A familiar screech prompted me to look up and note the quaker parrot nests in the tall light stanchions.

 

American Boy

 

Does any trace remain of old Rice Stadium? Yes. The Louis St. Lannes limestone statue American Boy, installed in the Rice Stadium grandstand in 1932, was retained by the Parks Department, restored in 2002 and reinstalled in 2004.

Though ushered into the world with fanfare, the monument suffered over time from faulty construction, environmental erosion, and vandalism. In 1943, Parks crews conducted a large structural restoration. Numerous graffiti removals and paint-overs took their toll on the surface of the masonry blocks, ornamental details, and sculptural reliefs. The gold leaf disappeared altogether from Victory, leaving her bronze surface exposed to the elements. A crack in the supporting globe represented a potential safety hazard.

To restore the statue, Parks & Recreation cleaned the aging limestone surface, repaired structural problems, and reattached the statue’s head. Following the restoration, American Boy was carefully hoisted and transported to its new location in between Pelham Bay Park’s tennis courts and running track. The colossal sculpture now sits atop a new pedestal surrounded by pipe rail fencing, shrubs, and grass-filled terracing. A commemorative bronze plaque explains how the sculpture was intended to reflect an ideal of youth, and contains the original plaque’s inscription. NYC Parks

 

 

Streets in the vicinity of Rice Stadium were laid out in the early 1920s, about the time the stadium was constructed, and many have names honoring physicists such as Ohm, Ampere, Watt, as well as Radio, Research and Library. Recall that Isaac L. Rice was president of the Electric Storage Battery Company.

 

The neighborhoods immediately south of Pelham Bay Park are called Spencer Estates and further south, Country Club. In the 19th Century the Spencer family married into the tobacco-growing Lorillard family. William Spencer was a benefactor of the NY Public Library and son Lorillard Spencer was the publisher of The Illustrated American.

Along Stadium Avenue (named for Rice Stadium) are some older houses going back to the area’s development in the 1920s.

 

Clint Eastwood’s Walt Kowalski character might have been proud of the Gran Torino parked on Stadium Avenue, if hubcaps could be added.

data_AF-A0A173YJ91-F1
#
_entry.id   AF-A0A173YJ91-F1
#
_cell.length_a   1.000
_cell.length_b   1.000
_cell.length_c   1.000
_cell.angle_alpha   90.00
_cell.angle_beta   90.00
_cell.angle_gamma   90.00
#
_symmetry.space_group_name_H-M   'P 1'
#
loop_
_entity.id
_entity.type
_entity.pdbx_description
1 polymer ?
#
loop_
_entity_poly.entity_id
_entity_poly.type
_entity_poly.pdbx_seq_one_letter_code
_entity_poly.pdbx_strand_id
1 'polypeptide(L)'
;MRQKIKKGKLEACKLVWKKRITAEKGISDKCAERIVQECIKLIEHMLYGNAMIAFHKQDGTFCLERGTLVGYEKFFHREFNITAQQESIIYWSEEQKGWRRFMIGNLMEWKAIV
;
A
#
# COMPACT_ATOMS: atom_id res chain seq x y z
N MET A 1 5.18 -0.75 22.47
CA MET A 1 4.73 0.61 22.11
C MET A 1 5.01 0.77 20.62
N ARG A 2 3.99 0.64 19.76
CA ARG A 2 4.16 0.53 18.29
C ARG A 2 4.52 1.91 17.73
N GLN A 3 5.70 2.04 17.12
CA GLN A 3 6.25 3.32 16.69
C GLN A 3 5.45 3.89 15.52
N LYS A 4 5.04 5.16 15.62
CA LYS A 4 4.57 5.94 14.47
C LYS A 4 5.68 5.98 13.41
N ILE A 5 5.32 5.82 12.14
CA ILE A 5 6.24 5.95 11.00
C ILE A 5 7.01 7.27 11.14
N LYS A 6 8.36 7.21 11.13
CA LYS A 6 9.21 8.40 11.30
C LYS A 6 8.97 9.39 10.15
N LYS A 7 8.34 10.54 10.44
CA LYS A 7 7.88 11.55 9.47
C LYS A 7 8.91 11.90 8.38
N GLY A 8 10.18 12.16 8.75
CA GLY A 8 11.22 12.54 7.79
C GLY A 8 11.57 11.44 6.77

If a particular style of architecture can be called typical of an area, the style that dominates in Pelham Bay and Middletown is this modest, two story brick style. Here and there are touches like stained glass. The dwellings were likely originally built for two families.

 

 


Country Club

 

 

Now and then one of the smaller houses is set back far from the street behind a lengthy lawn.

The Bronx has nothing like Beverly Hills’ world-famous Rodeo Drive. But it does have the curving Radio Drive, another of the streets honoring Isaac Leopold Rice.

As you walk south on Stadium Avenue and encounter Country Club Road, there’s a subtle shift as the houses and plots become somewhat larger and more upscale. The residences here are built o what was once the Westchester County Country Club, which occupied 26 acres. Before that, the terriory was occupied by the Ferrises and Van Antwerps in the colonial era. The former North Road divided the Lorillard and Spencer estates.

 

Though many houses and plots are large in Country Club, this small brick cottage on Campbell Drive captured my attention.

In this part of town, water views are for private home owners, not for the public, but I did catch a glimpse here at Agar Place and Country Club Drive.

 

Returning to Stadium Avenue I liked this 3-story white building with a set-back third floor, arched doorway and window. In the days before air conditioning, buildings used shade and awnings to keep out the heat (look at any 19th Century picture of NYC brownstone buildings and you can spot that right away). This building’s owners, perhaps, are reactivating the practice.

 

The Sisters of St. Joseph run a large nursing home called Providence Rest at Stadium Avenue and Waterbury Avenue. This is likely one of the older buildings, with a water view.

I turned right on Waterbury, and took a look at the well-cared for homes, some Tudor, on small but grassy plots.

However, the architectural rot of the late 20th and early 21st Century — cheaply made housing with prefab elements and concrete lawns, has begun to encroach. At least this one doesn’t have a garage occupying the first floor as many do.

 

One of the quiet side streets is called Throgmorton Avenue, so named in 1916 to honor the founder of the Throg(g)s Neck community, John Throckmorton, a Britisher given permission by the Dutch government then in charge to settle on the southeastern end of what would become the Bronx in 1642. The name became altered in spelling over the years (I’ve even seen “Frog’s Neck” on some documents) and though the name is spelled Throgs Neck on maps and highway signage, most residents add an extra G so it becomes Throggs Neck.

 

Scattered all around town are some very old sewer coverings and openings, accompanied by manholes marked with the initials of the former water companies and utilities that served them. I can’t make out the initials on this cover, can you?

CONTINUED ON PART 2